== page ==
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3 Best Vegetables For Beginner Gardeners
3 Best Vegetables For Beginner Gardeners And An All Summer Harvest

Plant Tomatoes, Peppers And Squash For A Can’t Miss Garden

Anyone can grow the 3 best vegetables for beginner gardeners because all you need is a sunny spot, good soil, and water to plant a homegrown harvest.

After your first home-grown harvest, you will be ready to plant a second crop in midsummer that will give you a bounty to preserve for leaner days.

Growing your own tomatoes, peppers and squash will surprise you.

Seasoned gardeners love picking that first tomato and; when supermarket shelves become bare, they would just as soon open a jar of homemade salsa or spaghetti sauce.

As a beginner gardener, plant just one tomato, banana pepper, and squash in a small kitchen or balcony garden

Plant Tomato First

Nothing beats the taste of home home-grown tomatoes fresh from the garden.

Here are a few tips to get you started.

  • Choose a location that receives a minimum of six to eight hours of direct sunlight. Support plants with stakes or wire cages. Be sure to anchor cages with small stakes to prevent from turning over and uprooting your plants.
  • Keep in mind that there are two kinds of tomato plants: Determinate and indeterminate. Determinate types grow short and bushy and ripen all their fruit at once. These grow well in cages and are ideal for canning. Indeterminate plants are tall and vine like, needing strong stakes. They fruit over a long period.
  • Buy healthy-looking, stocky plants. Avoid transplants that already have flowers or fruit.
  • Make sure that soil is loose and fertile. Strip off all but the top four leaves. Plant deeply so that only the leafy tops show above the ground. Roots will soon develop all along the buried stems.
  • Boost young plants with 20-20-20 liquid fertilizer or Miracle Gro Tomato Plant Food applied according to the label directions.
  • Apply 2 to 3 inches of mulch around the plants to keep the soil moist and discourage weeds.
  • Avoid overhead watering from sprinklers. Wet foliage promotes disease. Drip irrigation and soaker hoses are better for your plants.

Plant A Pepper

Sweet peppers come in many colors, such as red, orange, yellow, green, and purple.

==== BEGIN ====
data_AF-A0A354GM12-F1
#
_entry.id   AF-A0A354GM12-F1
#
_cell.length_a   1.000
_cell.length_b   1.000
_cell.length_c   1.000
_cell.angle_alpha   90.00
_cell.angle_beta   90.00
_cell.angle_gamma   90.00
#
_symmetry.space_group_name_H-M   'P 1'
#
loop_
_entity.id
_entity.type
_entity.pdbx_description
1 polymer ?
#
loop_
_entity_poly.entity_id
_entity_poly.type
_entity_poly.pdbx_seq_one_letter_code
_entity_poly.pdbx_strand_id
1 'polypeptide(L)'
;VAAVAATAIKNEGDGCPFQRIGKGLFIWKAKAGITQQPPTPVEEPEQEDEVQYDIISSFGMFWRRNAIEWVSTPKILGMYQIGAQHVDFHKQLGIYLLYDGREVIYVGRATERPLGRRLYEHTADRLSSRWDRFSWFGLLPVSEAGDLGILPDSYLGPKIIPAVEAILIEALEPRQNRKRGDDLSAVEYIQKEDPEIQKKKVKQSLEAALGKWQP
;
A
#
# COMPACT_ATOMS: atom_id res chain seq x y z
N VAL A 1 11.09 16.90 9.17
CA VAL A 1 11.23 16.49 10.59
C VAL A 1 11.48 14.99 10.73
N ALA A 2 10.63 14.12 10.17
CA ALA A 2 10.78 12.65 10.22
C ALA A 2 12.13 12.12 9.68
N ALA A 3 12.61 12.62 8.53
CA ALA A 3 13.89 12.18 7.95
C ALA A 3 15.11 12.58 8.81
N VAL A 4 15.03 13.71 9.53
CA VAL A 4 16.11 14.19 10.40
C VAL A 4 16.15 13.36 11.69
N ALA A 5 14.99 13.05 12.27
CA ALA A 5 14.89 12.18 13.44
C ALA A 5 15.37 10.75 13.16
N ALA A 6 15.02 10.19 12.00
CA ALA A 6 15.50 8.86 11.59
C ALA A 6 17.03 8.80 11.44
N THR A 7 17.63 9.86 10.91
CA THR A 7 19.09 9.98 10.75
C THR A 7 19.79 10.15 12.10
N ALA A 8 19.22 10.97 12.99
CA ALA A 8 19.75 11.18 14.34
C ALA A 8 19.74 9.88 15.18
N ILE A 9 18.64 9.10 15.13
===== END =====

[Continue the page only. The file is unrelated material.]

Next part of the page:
Choose from bell peppers, banana peppers, pimento peppers, and long Italian peppers.

Grow peppers from seeds or transplants.

Sow seeds six to eight weeks before you intend to set them in the garden.

Then plant them in well-drained soil where they will receive at least six hours of sunlight a day.

When setting out transplants, be sure to water regularly until they’re established.

Once they’re rooted, peppers are very drought tolerant.

Space plants 18 to 24 inches apart in plants to bamboo stakes.

Stakes will come in handy later as the peppers become top-heavy with fruit.

Feed monthly with a little Miracle Gro Tomato Plant Food.

Plant Summer Squash

The most popular types of summer squash are yellow, both straightneck and crookneck, pattypan, and green zuchinni.

Plant squash seeds or transplants immediately after your last frost.

For example, in planting zone 7, I can plant after the last week of April.

Click the link to find your planting zone.

Plant again several weeks later to extend the harvest.

Plant squash on low mounds spaced 3 feet apart, leaving two plants per mound.

One mound per family member is plenty.

Once plants begin flowering, they will set fruit quickly and can be ready to harvest in just a week.

Pick yellow squash while it’s still small and tender that’s 4 to 6 inches long.

Harvest zucchini when it’s a little larger that’s 6 to 8 inches long.

Pick pattypan selections when the fruit is 3 to 5 inches in diameter.

That’s it!

Image By Priya


About:  I’m the author in residence of RuralMoney.com bringing you the best of my knowledge, skills, abilities, tips and resources. Unfortunately, I am also a person with disabilities. I have severe Rheumatoid Arthritis. I love to share what I know and practice to help others survive and thrive in rural areas. Thank you for your support.

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